Here we go, my number-one destination in Italy (apart from Rome). Turin is the city I was most excited about. There were some disappointments but even more pleasant surprises. Is Turin worth visiting? Definitely! What to do in Turin? I’m about to tell you. We are Jan and Karin, and this is the best of Turin sightseeing.
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I’ll start easy. Turin is a large city and capital of the Piedmont region. This means that there are many grandeur palaces, spectacular museums, and thousands of squares lined with stunning buildings and majestic memorials.
We started our “Gran Torino” tour on Piazza San Carlo (mostly because it’s close to the Egyptian Museum I was curious about, but more on that note later). It’s a large rectangular square with a bronze equestrian statue of the duke of Savoy in the middle. What makes this place particularly photogenic are two symmetrical churches at the end, the church of Santa Cristina and the San Carlo Borromeo church, forming a frame for the statue. We took a morning coffee in the square enjoying the view of arcades buildings and a quiet atmosphere. No wonder it’s called “a drawing room of Turin”. Moreover, the Turin Shroud is in one of them.
We couldn’t miss the best viewing point of the city, so we decided to climb up the hill to Monte dei Capuccini for the most iconic view of Turin with the Alps in the background (like the one from the title picture). The name of the hill comes from the order of Capuchins, who built a church and a convent up on the top. When we were already there, we decided to look inside the Museo della Montagna, as we had a free entrance with the Torino + Piemonte Card. Nothing interesting there… except the 2006 Winter Olympic Games exhibition which commemorates the hosting of the Olympics. You can wrap up the visit in one hour or so.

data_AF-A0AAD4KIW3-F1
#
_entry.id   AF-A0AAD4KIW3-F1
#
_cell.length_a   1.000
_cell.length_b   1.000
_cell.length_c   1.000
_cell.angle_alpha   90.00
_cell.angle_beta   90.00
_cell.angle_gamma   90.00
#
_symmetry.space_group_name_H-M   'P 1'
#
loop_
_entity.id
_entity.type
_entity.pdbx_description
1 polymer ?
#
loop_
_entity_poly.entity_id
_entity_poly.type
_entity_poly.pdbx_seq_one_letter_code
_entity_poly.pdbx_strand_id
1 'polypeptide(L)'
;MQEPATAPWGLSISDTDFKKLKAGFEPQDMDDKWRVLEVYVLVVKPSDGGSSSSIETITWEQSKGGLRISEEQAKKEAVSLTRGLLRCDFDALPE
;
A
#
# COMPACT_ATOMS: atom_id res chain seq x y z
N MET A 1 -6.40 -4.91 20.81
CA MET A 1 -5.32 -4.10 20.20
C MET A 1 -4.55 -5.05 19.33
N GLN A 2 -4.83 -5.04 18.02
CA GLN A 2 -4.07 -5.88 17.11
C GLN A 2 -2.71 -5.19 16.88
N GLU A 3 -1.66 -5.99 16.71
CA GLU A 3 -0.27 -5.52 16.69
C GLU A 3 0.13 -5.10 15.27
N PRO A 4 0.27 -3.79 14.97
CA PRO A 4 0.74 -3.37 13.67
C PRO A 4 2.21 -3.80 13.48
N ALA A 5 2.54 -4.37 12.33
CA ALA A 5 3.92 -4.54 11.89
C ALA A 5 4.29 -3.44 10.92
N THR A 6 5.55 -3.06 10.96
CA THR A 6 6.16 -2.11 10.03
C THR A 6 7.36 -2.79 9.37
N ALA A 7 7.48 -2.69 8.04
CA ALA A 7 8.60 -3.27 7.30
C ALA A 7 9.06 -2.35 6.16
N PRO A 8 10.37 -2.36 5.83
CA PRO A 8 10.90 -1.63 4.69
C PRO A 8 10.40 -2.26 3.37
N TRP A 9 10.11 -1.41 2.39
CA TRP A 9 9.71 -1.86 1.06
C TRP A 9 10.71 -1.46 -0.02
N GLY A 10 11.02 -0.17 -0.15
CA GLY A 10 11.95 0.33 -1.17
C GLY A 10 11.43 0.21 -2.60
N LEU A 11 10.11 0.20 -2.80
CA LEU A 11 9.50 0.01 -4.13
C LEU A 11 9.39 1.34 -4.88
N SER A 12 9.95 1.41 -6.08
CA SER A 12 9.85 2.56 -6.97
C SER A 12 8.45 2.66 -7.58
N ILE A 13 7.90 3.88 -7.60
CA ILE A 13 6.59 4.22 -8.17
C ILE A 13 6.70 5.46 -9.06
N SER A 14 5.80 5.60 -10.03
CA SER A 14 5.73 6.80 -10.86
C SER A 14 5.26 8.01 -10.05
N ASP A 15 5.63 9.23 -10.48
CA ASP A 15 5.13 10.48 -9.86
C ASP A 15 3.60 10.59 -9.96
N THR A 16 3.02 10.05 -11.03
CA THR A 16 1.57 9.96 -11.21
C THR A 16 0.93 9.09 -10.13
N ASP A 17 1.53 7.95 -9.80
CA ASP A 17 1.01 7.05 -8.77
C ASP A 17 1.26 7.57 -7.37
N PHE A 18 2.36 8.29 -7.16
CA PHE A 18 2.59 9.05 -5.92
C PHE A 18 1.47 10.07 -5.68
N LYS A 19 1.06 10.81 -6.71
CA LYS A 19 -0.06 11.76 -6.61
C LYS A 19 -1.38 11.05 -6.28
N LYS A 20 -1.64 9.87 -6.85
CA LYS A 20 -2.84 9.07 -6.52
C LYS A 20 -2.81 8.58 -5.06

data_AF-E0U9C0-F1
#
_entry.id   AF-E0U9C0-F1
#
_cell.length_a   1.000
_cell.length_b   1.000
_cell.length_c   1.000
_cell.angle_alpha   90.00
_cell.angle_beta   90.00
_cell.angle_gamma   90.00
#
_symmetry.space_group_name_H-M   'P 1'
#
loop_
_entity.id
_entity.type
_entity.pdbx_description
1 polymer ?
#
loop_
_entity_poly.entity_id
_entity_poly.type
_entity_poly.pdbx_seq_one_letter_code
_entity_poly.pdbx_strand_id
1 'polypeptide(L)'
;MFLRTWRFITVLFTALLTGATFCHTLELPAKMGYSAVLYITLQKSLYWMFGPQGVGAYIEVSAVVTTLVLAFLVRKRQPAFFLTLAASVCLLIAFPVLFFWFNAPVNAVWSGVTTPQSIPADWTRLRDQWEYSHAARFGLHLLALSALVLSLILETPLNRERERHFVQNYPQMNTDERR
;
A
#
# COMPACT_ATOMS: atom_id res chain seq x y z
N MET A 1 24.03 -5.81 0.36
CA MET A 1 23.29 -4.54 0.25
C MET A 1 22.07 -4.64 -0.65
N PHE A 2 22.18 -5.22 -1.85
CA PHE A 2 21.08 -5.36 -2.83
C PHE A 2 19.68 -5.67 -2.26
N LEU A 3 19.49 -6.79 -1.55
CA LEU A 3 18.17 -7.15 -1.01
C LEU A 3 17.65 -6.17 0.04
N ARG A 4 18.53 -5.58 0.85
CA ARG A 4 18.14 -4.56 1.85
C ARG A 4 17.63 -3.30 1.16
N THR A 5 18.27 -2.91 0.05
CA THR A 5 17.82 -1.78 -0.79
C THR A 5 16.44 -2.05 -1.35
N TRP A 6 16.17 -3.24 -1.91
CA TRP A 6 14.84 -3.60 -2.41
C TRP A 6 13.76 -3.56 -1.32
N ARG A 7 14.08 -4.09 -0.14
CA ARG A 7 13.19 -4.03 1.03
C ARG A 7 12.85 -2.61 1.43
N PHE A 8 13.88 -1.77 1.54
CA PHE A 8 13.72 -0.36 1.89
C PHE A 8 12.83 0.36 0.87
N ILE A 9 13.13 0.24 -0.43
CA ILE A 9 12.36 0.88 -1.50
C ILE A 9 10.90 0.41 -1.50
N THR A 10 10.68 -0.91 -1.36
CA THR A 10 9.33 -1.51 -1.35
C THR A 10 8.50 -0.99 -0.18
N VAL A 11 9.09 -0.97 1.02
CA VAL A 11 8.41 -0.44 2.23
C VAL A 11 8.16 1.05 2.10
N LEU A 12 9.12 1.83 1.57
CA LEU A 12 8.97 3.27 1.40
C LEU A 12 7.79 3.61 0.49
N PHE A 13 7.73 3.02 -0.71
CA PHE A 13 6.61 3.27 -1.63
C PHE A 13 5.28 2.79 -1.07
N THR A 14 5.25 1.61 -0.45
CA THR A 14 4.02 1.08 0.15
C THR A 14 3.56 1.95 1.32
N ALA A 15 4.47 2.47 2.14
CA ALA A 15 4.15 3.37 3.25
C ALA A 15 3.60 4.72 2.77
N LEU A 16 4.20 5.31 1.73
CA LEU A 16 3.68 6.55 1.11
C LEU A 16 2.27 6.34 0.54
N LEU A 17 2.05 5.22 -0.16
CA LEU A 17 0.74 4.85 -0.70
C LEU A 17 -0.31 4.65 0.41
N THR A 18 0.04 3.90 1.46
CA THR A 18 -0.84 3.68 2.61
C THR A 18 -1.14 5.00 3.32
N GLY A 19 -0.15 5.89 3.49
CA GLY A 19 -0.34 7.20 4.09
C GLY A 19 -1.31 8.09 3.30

This is a funny one. As if the entire Piedmonte region hadn’t enough castles and palaces, they decided to build a fake medieval village in the center of Turin on the riverbank in Valentino Park. Borgo Medievale was created at the end of the 19th century as a reconstruction of a typical 15th-century Piedmonte village. Pretty good job if you ask me. Like, you know it’s not the real deal, but the whole village is complex and beautifully decorated. Unfortunately, we didn’t make it there, maybe next time. It’s situated in Valentino Park across the river from Monte dei Capuccini, ideal for a picnic or a late afternoon walk along the riverbank.
Tip: Another notable building in the park is Castello del Valentino, a splendor Savoy residence in a French style, nowadays home to the University’s Department of Architecture. I would call it a pocket version of Versailles.
The only standing Roman gate to the city. Originally, there were four of them, but they didn’t make it to these days. In fact, Turin has many interesting tourist attractions, but it’s not nearly as rich in Roman monuments as Aosta city. And even Porta Palatina isn’t completely Roman, the two towers on the side were added during the 15th century. On the other hand, it’s supposedly the best-preserved Roman monument in northern Italy. I had the opportunity to compare Porta Palatina with the Roman monuments in Aosta and while there’s much more in Aosta, they’re not in such a good state. The visit is for like ten-minute window, including the picture taking.
Read also: Top 10 Things to Do in Aosta Valley
Now the (un)real deal. I think Turin is not so sought after by tourists in comparison to other big cities in Italy. Which is a pity because it’s truly beautiful. But those who travel to Turin usually do so because of one of the most important Christian artifacts of all times. Millions of Christians come to Turin Cathedral to see the Turin Shroud with their own eyes… and they get disappointed. You literally cannot see anything. The Holy Shroud is kept in a bullet-proof, climate-controlled, air-tight box in a separate chapel. If you want to see at least the replica of the shroud you need to visit the Most Holy Shroud Museum.
Interested in the history of the Turin Shroud? Read up on its authenticity, occasional display and more in the article A Sceptic Visits the Turin Shroud: It Sucks and It’s Fake Anyway
Besides the Shroud, the cathedral is not that interesting. It was built in the 15th century and modified several times (after fires and renovations and such). Some members of the Savoy Royal Family are buried there and that’s it. Long story short, the Turin Cathedral sucks and I’m sorry I didn’t do a more thorough research which would save my time.